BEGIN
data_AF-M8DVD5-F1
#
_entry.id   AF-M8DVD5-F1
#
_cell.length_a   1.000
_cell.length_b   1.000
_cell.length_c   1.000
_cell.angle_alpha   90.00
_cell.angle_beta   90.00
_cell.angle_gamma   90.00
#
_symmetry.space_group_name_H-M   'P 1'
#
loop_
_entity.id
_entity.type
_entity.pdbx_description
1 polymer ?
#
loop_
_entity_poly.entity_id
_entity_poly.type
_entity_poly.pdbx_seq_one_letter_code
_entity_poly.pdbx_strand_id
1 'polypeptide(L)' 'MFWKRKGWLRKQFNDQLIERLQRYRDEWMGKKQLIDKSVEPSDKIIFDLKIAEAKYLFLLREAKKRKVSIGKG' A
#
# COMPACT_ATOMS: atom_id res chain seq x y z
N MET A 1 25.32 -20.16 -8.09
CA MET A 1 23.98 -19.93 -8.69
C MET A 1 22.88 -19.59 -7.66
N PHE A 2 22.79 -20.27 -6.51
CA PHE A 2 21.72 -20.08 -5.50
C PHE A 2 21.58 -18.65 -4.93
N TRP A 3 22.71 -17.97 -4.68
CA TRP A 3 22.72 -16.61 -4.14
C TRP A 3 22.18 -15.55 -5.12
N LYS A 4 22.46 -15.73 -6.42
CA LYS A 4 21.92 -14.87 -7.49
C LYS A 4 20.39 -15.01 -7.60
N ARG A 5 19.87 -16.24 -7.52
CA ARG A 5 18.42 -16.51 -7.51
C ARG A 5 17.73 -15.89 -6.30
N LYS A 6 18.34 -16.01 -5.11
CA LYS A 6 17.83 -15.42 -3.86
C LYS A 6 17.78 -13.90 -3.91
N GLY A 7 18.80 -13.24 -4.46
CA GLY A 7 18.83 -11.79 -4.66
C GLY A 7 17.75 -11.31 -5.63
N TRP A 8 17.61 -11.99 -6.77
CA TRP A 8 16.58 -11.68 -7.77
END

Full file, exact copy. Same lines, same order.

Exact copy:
data_AF-M8DVD5-F1
#
_entry.id   AF-M8DVD5-F1
#
_cell.length_a   1.000
_cell.length_b   1.000
_cell.length_c   1.000
_cell.angle_alpha   90.00
_cell.angle_beta   90.00
_cell.angle_gamma   90.00
#
_symmetry.space_group_name_H-M   'P 1'
#
loop_
_entity.id
_entity.type
_entity.pdbx_description
1 polymer ?
#
loop_
_entity_poly.entity_id
_entity_poly.type
_entity_poly.pdbx_seq_one_letter_code
_entity_poly.pdbx_strand_id
1 'polypeptide(L)' 'MFWKRKGWLRKQFNDQLIERLQRYRDEWMGKKQLIDKSVEPSDKIIFDLKIAEAKYLFLLREAKKRKVSIGKG' A
#
# COMPACT_ATOMS: atom_id res chain seq x y z
N MET A 1 25.32 -20.16 -8.09
CA MET A 1 23.98 -19.93 -8.69
C MET A 1 22.88 -19.59 -7.66
N PHE A 2 22.79 -20.27 -6.51
CA PHE A 2 21.72 -20.08 -5.50
C PHE A 2 21.58 -18.65 -4.93
N TRP A 3 22.71 -17.97 -4.68
CA TRP A 3 22.72 -16.61 -4.14
C TRP A 3 22.18 -15.55 -5.12
N LYS A 4 22.46 -15.73 -6.42
CA LYS A 4 21.92 -14.87 -7.49
C LYS A 4 20.39 -15.01 -7.60
N ARG A 5 19.87 -16.24 -7.52
CA ARG A 5 18.42 -16.51 -7.51
C ARG A 5 17.73 -15.89 -6.30
N LYS A 6 18.34 -16.01 -5.11
CA LYS A 6 17.83 -15.42 -3.86
C LYS A 6 17.78 -13.90 -3.91
N GLY A 7 18.80 -13.24 -4.46
CA GLY A 7 18.83 -11.79 -4.66
C GLY A 7 17.75 -11.31 -5.63
N TRP A 8 17.61 -11.99 -6.77
CA TRP A 8 16.58 -11.68 -7.77